Metabolic Syndrome and Risk of Breast Cancer by Molecular Subtype: Analysis of the MEND Study

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5 Scopus citations

Abstract

Background: Metabolic syndrome (MetS) is characterized by a cluster of biological irregularities. The purpose of this analysis was to examine the association of MetS with BC among Nigerian women, and for the first time evaluate this association by molecular subtype. Materials and Methods: MetS was defined as having at least 3 out of 5 of: high blood pressure (≥ 130/85 mm Hg), reduced HDL (< 50 mg/dL), elevated triglyceride (> 150 mg/dL), high waist circumference (≥ 80 cm), and prior diagnosis of diabetes or elevated fasting glucose level (≥ 100 mg/dL). Among 296 newly diagnosed BC cases and 259 healthy controls, multivariable logistic regression models were utilized to estimate adjusted odds ratios (aOR) and 95% confidence intervals (95% CI) for the association between MetS and BC overall. Multinomial logistic regression models were used to evaluate each molecular subtype (Luminal A, Luminal B, HER2-enriched and triple-negative or TNBC). Results: After adjusting for age, socio-demographic and reproductive risk factors, there was a positive association between MetS and BC (aOR: 1.84, 95% CI: 1.07, 3.16). In stratified analyses, MetS was associated with BC regardless of BMI status; however, the estimate was significant only among normal weight women (aOR: 3.85; 95% CI: 1.25, 11.90). MetS was significantly associated with TNBC subtype (aOR: 4.37, 95% CI: 1.67, 11.44); associations for other molecular subtypes were not statistically significant. Conclusion: MetS appears to be a robust risk factor for BC, particularly for TNBC. Public health and clinical interventions can provide substantial benefits in reducing the burden of MetS and preventing BC among Nigerian women.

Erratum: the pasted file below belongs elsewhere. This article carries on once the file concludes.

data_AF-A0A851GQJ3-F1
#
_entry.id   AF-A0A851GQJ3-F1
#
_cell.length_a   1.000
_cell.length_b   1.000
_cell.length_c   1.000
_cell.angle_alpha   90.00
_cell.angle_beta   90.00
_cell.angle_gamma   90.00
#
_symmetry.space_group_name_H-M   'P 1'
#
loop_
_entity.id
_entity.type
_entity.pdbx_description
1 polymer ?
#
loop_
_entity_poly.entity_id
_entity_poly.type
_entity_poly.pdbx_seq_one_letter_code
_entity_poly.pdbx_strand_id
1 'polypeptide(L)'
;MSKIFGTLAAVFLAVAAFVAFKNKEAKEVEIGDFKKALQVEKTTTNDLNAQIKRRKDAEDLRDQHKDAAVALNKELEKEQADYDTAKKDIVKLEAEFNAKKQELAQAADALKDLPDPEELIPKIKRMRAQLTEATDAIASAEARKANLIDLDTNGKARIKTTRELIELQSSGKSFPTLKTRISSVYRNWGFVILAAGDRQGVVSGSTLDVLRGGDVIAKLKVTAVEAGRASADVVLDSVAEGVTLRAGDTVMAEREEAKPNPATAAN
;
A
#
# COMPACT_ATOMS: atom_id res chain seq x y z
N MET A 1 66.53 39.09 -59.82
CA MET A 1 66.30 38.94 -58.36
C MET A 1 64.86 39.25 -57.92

Original languageEnglish
Pages (from-to)e463-e472
JournalClinical Breast Cancer
Volume22
Issue number4
DOIs
StatePublished - Jun 2022

Bibliographical note

Publisher Copyright:
© 2021 The Author(s)

Keywords

  • Cholesterol
  • Diabetes
  • Hypertension
  • Nigeria
  • Triple-negative breast cancer

ASJC Scopus subject areas

  • Oncology
  • Cancer Research

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